Luckily, I have a loving mother who consulted the Interwebs for the latest and greatest bug bite home remedies. They included (and I'm not embarrassed to admit that I tried most of them, desperate times and all): a dab of toothpaste, rubbing alcohol, egg membrane, the inside of a banana peel, and (I'm not joking) circling the bites with a ballpoint pen. Shockingly, even the ballpoint pen failed to work (to be fair, that was listed as a mosquito bite remedy, and mine are almost certainly chigger bites. That was probably the problem.).

Fortunately, I have wonderfully colorful and delicious summer produce to console me in the rough times. I am 100% supportive of just chopping up whatever looks good and serving it plain for fruit salad, but this guy is for when you have just a few extra minutes (or need something just a tad more fancy). It's the absolute best of summer flavors: whatever fruit strikes your fancy, fresh mint, crisp white wine, and a touch of sweet agave. Light and bursting with the bright flavors of the season, it's perfect for any summer occasion, or for no occasion at all.

June 13, 2011

Chocolate Meringues

There have been an unsettling number of dessert recipes coming out of my kitchen these past couple months, I know. But sometimes the sweeter things in life are unavoidable, and these latest little guys are the least likely to send you out shopping for bigger pants. With only six ingredients, they're also unlikely to send you to the grocery.

I've done meringues twice in the past week; they're that dead simple and delicious. Light and airy in a way that crunches and then immediately melts in your mouth, I'm convinced they're the perfect summer dessert. The first meringue adventure came in the form of a cupcake topping. Moist vanilla cupcakes topped with a light lemony fluff, it was delightful. But the second time around I did chocolate. I love fruity, summery desserts as much as the next guy, but chocolate will always have a special place in my heart, so that's the recipe you're getting today.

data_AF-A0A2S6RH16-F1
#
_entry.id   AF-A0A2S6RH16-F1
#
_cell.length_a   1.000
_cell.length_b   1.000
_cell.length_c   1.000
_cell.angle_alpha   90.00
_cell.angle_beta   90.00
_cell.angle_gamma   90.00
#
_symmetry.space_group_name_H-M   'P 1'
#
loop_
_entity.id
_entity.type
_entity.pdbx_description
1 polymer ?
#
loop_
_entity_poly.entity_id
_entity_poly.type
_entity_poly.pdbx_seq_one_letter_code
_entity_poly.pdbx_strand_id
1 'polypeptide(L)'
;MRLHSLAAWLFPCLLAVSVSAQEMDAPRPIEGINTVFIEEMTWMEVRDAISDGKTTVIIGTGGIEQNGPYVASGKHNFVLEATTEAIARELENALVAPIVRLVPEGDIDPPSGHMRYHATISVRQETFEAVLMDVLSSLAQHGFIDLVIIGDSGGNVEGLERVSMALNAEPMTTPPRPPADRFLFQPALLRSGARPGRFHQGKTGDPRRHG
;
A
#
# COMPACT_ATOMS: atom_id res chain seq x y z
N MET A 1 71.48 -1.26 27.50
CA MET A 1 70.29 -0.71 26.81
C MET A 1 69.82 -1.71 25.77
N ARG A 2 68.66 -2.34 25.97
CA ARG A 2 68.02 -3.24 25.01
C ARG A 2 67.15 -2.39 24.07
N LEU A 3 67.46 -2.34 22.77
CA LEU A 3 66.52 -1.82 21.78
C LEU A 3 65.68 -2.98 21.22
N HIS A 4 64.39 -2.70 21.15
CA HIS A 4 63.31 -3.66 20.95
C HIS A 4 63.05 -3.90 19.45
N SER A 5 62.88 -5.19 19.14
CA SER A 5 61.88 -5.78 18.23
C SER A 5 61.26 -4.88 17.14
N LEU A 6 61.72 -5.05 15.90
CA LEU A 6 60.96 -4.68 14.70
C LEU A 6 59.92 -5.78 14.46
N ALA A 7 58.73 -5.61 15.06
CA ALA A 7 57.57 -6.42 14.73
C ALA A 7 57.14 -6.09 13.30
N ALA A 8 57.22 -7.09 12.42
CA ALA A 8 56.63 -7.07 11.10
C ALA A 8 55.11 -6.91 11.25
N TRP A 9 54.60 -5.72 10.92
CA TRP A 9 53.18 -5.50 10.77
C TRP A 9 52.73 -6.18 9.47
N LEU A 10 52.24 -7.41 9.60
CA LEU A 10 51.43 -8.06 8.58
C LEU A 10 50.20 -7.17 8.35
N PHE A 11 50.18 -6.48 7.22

My new most favorite thing about being an adult?
No one can make you scrape the beater before you lick it.

Just a couple things to know about meringues:
1. They're super simple. As in, about ten minutes of prep followed by a couple completely unsupervised hours in the oven.
2. I've heard that they'll keep for a few days under the right circumstances, but I have yet to experience it myself. It probably has to do with the Cincinnati humidity, but mine were totally soft and sad the second day. Still delicious, though.
3. You'll be separating egg whites for these guys. You may want to involve multiple bowls in the process, because if you get just the teeniest bit of yolk mixed in, you're going to be starting over.

May 31, 2011

Orange-Scented Creme Brulee

The problem with blogging about things made for dinner parties is that there is limited time for taking lovely photos. I realized halfway through dessert that I had zero pictures of my finished creme brulee. So let me tell you about it: it was delightful, delicately flavored with both orange and vanilla. The custard was dense and perfectly smooth. The sugar layer didn't quite crackle and harden under my broiler (my rack was definitely too far down), but it melted enough for a satisfying crack through the top layer. And the whole thing was actually quite simple. Best of all, you can make it the night before and just stick it in the fridge until you're ready to pop it under the broiler for the crispy top sugar layer.